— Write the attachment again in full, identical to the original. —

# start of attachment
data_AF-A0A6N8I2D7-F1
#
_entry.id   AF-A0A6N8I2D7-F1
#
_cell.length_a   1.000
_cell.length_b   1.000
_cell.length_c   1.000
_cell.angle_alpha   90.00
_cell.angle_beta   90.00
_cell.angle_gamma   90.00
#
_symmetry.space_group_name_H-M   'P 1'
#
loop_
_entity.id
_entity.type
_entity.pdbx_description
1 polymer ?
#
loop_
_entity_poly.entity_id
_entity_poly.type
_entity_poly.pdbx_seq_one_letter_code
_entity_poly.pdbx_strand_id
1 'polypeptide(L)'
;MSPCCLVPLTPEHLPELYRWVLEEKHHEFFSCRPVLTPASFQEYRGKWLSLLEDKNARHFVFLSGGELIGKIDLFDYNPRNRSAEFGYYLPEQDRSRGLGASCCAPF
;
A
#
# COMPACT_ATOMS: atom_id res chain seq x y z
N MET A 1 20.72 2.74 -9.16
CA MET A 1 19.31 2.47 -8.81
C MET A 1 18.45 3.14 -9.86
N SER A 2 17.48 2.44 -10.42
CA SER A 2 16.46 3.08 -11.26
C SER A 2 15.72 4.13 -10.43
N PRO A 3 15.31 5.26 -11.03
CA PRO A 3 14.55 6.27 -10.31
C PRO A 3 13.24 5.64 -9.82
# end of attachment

data_AF-A0A6N8I2D7-F1
#
_entry.id   AF-A0A6N8I2D7-F1
#
_cell.length_a   1.000
_cell.length_b   1.000
_cell.length_c   1.000
_cell.angle_alpha   90.00
_cell.angle_beta   90.00
_cell.angle_gamma   90.00
#
_symmetry.space_group_name_H-M   'P 1'
#
loop_
_entity.id
_entity.type
_entity.pdbx_description
1 polymer ?
#
loop_
_entity_poly.entity_id
_entity_poly.type
_entity_poly.pdbx_seq_one_letter_code
_entity_poly.pdbx_strand_id
1 'polypeptide(L)'
;MSPCCLVPLTPEHLPELYRWVLEEKHHEFFSCRPVLTPASFQEYRGKWLSLLEDKNARHFVFLSGGELIGKIDLFDYNPRNRSAEFGYYLPEQDRSRGLGASCCAPF
;
A
#
# COMPACT_ATOMS: atom_id res chain seq x y z
N MET A 1 20.72 2.74 -9.16
CA MET A 1 19.31 2.47 -8.81
C MET A 1 18.45 3.14 -9.86
N SER A 2 17.48 2.44 -10.42
CA SER A 2 16.46 3.08 -11.26
C SER A 2 15.72 4.13 -10.43
N PRO A 3 15.31 5.26 -11.03
CA PRO A 3 14.55 6.27 -10.31
C PRO A 3 13.24 5.64 -9.82